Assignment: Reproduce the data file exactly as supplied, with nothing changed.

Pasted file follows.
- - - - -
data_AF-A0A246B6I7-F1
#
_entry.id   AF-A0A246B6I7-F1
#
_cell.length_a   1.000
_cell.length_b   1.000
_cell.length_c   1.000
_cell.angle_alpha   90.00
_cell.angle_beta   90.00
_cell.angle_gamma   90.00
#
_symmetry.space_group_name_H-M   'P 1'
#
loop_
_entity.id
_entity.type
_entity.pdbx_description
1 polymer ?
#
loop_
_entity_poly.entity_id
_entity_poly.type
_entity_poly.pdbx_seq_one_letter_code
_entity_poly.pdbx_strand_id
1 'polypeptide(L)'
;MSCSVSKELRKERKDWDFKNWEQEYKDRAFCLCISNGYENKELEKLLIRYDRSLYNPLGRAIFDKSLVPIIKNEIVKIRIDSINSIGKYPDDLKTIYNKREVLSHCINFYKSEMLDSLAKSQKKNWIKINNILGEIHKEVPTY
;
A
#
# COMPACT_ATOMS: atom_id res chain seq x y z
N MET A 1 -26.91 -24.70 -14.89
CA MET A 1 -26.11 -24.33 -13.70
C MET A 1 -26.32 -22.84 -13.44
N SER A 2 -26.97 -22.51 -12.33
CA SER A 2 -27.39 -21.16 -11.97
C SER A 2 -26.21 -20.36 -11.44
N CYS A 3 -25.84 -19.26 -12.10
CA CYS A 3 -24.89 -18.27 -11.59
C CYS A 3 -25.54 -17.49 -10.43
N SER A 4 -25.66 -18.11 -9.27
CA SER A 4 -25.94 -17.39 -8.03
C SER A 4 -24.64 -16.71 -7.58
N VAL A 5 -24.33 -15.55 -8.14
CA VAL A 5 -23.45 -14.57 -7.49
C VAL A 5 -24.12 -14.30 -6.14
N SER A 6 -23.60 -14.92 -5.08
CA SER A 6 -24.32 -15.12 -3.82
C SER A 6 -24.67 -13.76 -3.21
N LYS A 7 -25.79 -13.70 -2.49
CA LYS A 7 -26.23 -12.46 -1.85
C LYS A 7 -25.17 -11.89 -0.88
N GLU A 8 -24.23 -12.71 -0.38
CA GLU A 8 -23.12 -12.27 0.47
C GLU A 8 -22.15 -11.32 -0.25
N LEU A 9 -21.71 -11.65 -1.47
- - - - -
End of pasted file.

data_AF-A0A246B6I7-F1
#
_entry.id   AF-A0A246B6I7-F1
#
_cell.length_a   1.000
_cell.length_b   1.000
_cell.length_c   1.000
_cell.angle_alpha   90.00
_cell.angle_beta   90.00
_cell.angle_gamma   90.00
#
_symmetry.space_group_name_H-M   'P 1'
#
loop_
_entity.id
_entity.type
_entity.pdbx_description
1 polymer ?
#
loop_
_entity_poly.entity_id
_entity_poly.type
_entity_poly.pdbx_seq_one_letter_code
_entity_poly.pdbx_strand_id
1 'polypeptide(L)'
;MSCSVSKELRKERKDWDFKNWEQEYKDRAFCLCISNGYENKELEKLLIRYDRSLYNPLGRAIFDKSLVPIIKNEIVKIRIDSINSIGKYPDDLKTIYNKREVLSHCINFYKSEMLDSLAKSQKKNWIKINNILGEIHKEVPTY
;
A
#
# COMPACT_ATOMS: atom_id res chain seq x y z
N MET A 1 -26.91 -24.70 -14.89
CA MET A 1 -26.11 -24.33 -13.70
C MET A 1 -26.32 -22.84 -13.44
N SER A 2 -26.97 -22.51 -12.33
CA SER A 2 -27.39 -21.16 -11.97
C SER A 2 -26.21 -20.36 -11.44
N CYS A 3 -25.84 -19.26 -12.10
CA CYS A 3 -24.89 -18.27 -11.59
C CYS A 3 -25.54 -17.49 -10.43
N SER A 4 -25.66 -18.11 -9.27
CA SER A 4 -25.94 -17.39 -8.03
C SER A 4 -24.64 -16.71 -7.58
N VAL A 5 -24.33 -15.55 -8.14
CA VAL A 5 -23.45 -14.57 -7.49
C VAL A 5 -24.12 -14.30 -6.14
N SER A 6 -23.60 -14.92 -5.08
CA SER A 6 -24.32 -15.12 -3.82
C SER A 6 -24.67 -13.76 -3.21
N LYS A 7 -25.79 -13.70 -2.49
CA LYS A 7 -26.23 -12.46 -1.85
C LYS A 7 -25.17 -11.89 -0.88
N GLU A 8 -24.23 -12.71 -0.38
CA GLU A 8 -23.12 -12.27 0.47
C GLU A 8 -22.15 -11.32 -0.25
N LEU A 9 -21.71 -11.65 -1.47